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Multinationals and US productivity leadership: evidence from Great Britain

  • Chiara Criscuolo
  • Ralf Martin

We study the productivity of US owned plants in the UK. Using a new dataset that identifies foreign and domestic MNEs, we find that UK MNEs are less productive than US affiliates, but as productive as non US foreign affiliates. We investigate the source of the US and MNE advantage. We find evidence confirming that the MNE advantage is driven by sharing superior firm level assets across plants and by cherry picking the better plants in a country. The additional superiority of US firms seems entirely driven by their particular ability to takeover the best British plants. Thirdly, the study features a novel approach to TFP calculation.

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File URL: http://eprints.lse.ac.uk/19914/
File Function: Open access version.
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Paper provided by London School of Economics and Political Science, LSE Library in its series LSE Research Online Documents on Economics with number 19914.

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Length: 43 pages
Date of creation: Jan 2005
Date of revision:
Handle: RePEc:ehl:lserod:19914
Contact details of provider: Postal: LSE Library Portugal Street London, WC2A 2HD, U.K.
Phone: +44 (020) 7405 7686
Web page: http://www.lse.ac.uk/

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  1. Rachel Griffith & Helen Simpson, 2003. "Characteristics of Foreign-Owned Firms in British Manufacturing," NBER Working Papers 9573, National Bureau of Economic Research, Inc.
  2. R Blundell & Steven Bond, . "Initial conditions and moment restrictions in dynamic panel data model," Economics Papers W14&104., Economics Group, Nuffield College, University of Oxford.
  3. Tor Jakob Klette & Zvi Griliches, 1994. "The Inconsistency of Common Scales Estimators when Output Prices are Unobserved and Endogenous," Discussion Papers 127, Research Department of Statistics Norway.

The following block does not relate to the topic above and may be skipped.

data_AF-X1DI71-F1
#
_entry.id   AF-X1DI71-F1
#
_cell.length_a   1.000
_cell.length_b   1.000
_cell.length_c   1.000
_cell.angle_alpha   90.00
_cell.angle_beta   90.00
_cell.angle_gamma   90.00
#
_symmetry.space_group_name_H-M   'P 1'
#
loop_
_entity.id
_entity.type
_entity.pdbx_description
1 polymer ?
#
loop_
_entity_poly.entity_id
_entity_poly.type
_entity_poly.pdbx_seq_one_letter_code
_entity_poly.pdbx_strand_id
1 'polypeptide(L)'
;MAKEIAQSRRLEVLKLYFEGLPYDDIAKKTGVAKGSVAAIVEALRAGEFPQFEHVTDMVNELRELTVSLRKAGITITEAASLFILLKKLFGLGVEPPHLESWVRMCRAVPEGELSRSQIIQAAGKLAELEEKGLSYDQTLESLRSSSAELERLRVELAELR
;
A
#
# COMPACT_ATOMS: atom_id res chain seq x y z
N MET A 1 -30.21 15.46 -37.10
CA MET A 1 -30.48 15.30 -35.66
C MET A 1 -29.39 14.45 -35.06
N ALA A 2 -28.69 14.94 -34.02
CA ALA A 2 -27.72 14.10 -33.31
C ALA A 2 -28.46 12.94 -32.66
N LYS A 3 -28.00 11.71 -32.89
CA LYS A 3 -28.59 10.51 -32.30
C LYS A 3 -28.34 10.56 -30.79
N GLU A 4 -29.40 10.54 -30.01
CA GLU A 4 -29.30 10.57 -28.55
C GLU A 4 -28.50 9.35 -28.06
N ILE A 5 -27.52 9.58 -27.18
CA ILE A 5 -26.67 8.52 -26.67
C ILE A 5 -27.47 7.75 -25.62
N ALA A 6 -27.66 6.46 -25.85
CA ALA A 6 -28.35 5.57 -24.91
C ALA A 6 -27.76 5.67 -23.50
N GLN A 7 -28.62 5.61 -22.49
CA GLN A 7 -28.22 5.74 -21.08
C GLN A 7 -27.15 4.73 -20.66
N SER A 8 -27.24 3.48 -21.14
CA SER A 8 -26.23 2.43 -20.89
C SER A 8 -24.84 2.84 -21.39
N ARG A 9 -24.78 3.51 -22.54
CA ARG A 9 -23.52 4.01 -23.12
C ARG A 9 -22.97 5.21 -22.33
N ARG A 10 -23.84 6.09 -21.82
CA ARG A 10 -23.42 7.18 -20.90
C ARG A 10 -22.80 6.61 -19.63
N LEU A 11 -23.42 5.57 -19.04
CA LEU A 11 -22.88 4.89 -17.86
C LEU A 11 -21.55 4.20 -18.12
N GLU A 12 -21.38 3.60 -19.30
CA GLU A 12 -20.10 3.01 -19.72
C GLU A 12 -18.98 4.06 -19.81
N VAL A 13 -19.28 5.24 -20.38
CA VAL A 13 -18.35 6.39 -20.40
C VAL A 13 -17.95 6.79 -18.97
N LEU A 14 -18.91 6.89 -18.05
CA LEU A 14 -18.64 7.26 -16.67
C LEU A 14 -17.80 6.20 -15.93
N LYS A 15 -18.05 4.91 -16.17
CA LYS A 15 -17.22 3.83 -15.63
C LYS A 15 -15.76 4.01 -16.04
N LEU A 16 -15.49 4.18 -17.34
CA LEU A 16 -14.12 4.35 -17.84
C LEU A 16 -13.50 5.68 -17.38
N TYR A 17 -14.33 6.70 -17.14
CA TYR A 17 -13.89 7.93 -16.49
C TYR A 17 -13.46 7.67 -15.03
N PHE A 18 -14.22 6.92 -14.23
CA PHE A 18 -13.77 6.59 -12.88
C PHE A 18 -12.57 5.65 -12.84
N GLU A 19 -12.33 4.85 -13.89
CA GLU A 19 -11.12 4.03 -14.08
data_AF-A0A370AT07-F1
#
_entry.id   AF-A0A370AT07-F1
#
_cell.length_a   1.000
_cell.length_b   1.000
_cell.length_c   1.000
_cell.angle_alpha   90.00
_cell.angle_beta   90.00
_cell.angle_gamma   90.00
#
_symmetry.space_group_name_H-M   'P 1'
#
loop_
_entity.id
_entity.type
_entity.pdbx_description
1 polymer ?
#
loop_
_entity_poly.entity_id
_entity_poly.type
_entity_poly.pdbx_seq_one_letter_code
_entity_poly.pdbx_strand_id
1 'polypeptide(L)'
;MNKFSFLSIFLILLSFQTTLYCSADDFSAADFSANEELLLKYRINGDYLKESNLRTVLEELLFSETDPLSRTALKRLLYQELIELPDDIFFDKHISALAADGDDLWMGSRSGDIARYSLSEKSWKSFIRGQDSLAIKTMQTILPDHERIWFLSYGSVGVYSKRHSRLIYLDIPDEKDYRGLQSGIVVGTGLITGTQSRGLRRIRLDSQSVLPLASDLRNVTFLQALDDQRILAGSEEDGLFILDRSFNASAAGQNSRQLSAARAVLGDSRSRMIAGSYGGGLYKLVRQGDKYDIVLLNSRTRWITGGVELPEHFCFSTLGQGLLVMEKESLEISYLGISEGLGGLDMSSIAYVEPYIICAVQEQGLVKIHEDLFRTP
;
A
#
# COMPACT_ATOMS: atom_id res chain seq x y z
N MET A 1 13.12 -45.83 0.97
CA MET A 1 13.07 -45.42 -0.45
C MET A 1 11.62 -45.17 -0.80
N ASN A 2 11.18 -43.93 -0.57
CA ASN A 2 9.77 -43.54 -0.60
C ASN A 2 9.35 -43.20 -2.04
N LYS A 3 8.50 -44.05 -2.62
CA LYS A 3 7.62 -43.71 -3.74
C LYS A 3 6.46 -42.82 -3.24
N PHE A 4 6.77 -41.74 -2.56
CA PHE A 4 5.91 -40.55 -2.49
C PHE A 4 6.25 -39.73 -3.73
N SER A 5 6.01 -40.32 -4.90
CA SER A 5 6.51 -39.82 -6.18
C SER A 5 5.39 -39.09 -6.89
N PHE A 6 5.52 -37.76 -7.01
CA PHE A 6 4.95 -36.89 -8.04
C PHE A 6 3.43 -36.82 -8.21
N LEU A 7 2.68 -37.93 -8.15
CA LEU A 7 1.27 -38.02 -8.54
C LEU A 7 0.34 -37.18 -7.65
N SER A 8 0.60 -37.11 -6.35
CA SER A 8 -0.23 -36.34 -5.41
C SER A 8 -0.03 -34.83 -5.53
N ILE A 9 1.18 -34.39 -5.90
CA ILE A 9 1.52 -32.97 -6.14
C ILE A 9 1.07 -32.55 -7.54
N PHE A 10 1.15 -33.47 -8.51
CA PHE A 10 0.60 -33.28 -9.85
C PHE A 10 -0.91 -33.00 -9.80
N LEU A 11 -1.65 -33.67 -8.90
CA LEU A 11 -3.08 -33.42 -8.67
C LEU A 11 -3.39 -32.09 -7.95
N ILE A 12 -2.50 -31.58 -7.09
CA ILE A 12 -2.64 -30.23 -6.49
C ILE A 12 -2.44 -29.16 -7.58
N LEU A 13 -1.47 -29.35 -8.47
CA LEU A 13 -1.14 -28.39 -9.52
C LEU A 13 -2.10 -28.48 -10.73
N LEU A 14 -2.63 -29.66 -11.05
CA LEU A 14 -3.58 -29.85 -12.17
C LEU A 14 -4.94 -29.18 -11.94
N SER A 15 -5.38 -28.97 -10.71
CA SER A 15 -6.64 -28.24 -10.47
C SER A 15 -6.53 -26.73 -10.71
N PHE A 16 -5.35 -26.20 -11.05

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  6. Rachel Griffith, 1999. "Using the ARD establishment level data to look at foreign ownership and productivity in the UK," IFS Working Papers W99/06, Institute for Fiscal Studies.
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  9. James Levinsohn & Amil Petrin, 2000. "Estimating Production Functions Using Inputs to Control for Unobservables," NBER Working Papers 7819, National Bureau of Economic Research, Inc.
  10. Helpman, Elhanan, 1984. "A Simple Theory of International Trade with Multinational Corporations," Journal of Political Economy, University of Chicago Press, vol. 92(3), pages 451-71, June.
  11. Ralf Martin, 2008. "Productivity dispersion, competition and productivity measurement," LSE Research Online Documents on Economics 19573, London School of Economics and Political Science, LSE Library.
  12. Chad Syverson, 2001. "Market Structure and Productivity: A Concrete Example," Working Papers 01-06, Center for Economic Studies, U.S. Census Bureau.
  13. Klette, Tor Jakob, 1999. "Market Power, Scale Economies and Productivity: Estimates from a Panel of Establishment Data," Journal of Industrial Economics, Wiley Blackwell, vol. 47(4), pages 451-76, December.
  14. John M. Abowd & Robert H. Creecy & Francis Kramarz, 2002. "Computing Person and Firm Effects Using Linked Longitudinal Employer-Employee Data," Longitudinal Employer-Household Dynamics Technical Papers 2002-06, Center for Economic Studies, U.S. Census Bureau.
  15. G. Steven Olley & Ariel Pakes, 1992. "The Dynamics of Productivity in the Telecommunications Equipment Industry," NBER Working Papers 3977, National Bureau of Economic Research, Inc.
  16. Wolfgang Keller, 2004. "International Technology Diffusion," Journal of Economic Literature, American Economic Association, vol. 42(3), pages 752-782, September.
  17. Davies, Stephen W & Lyons, Bruce R, 1991. "Characterising Relative Performance: The Productivity Advantage of Foreign Owned Firms in the UK," Oxford Economic Papers, Oxford University Press, vol. 43(4), pages 584-95, October.
  18. James R. Markusen, 1995. "The Boundaries of Multinational Enterprises and the Theory of International Trade," Journal of Economic Perspectives, American Economic Association, vol. 9(2), pages 169-189, Spring.
  19. Arellano, Manuel & Bond, Stephen, 1991. "Some Tests of Specification for Panel Data: Monte Carlo Evidence and an Application to Employment Equations," Review of Economic Studies, Wiley Blackwell, vol. 58(2), pages 277-97, April.
  20. Haijime Katayama & Shihua Lu & James Tybout, 2003. "Why Plant-Level Productivity Studies are Often Misleading, and an Alternative Approach to Interference," NBER Working Papers 9617, National Bureau of Economic Research, Inc.
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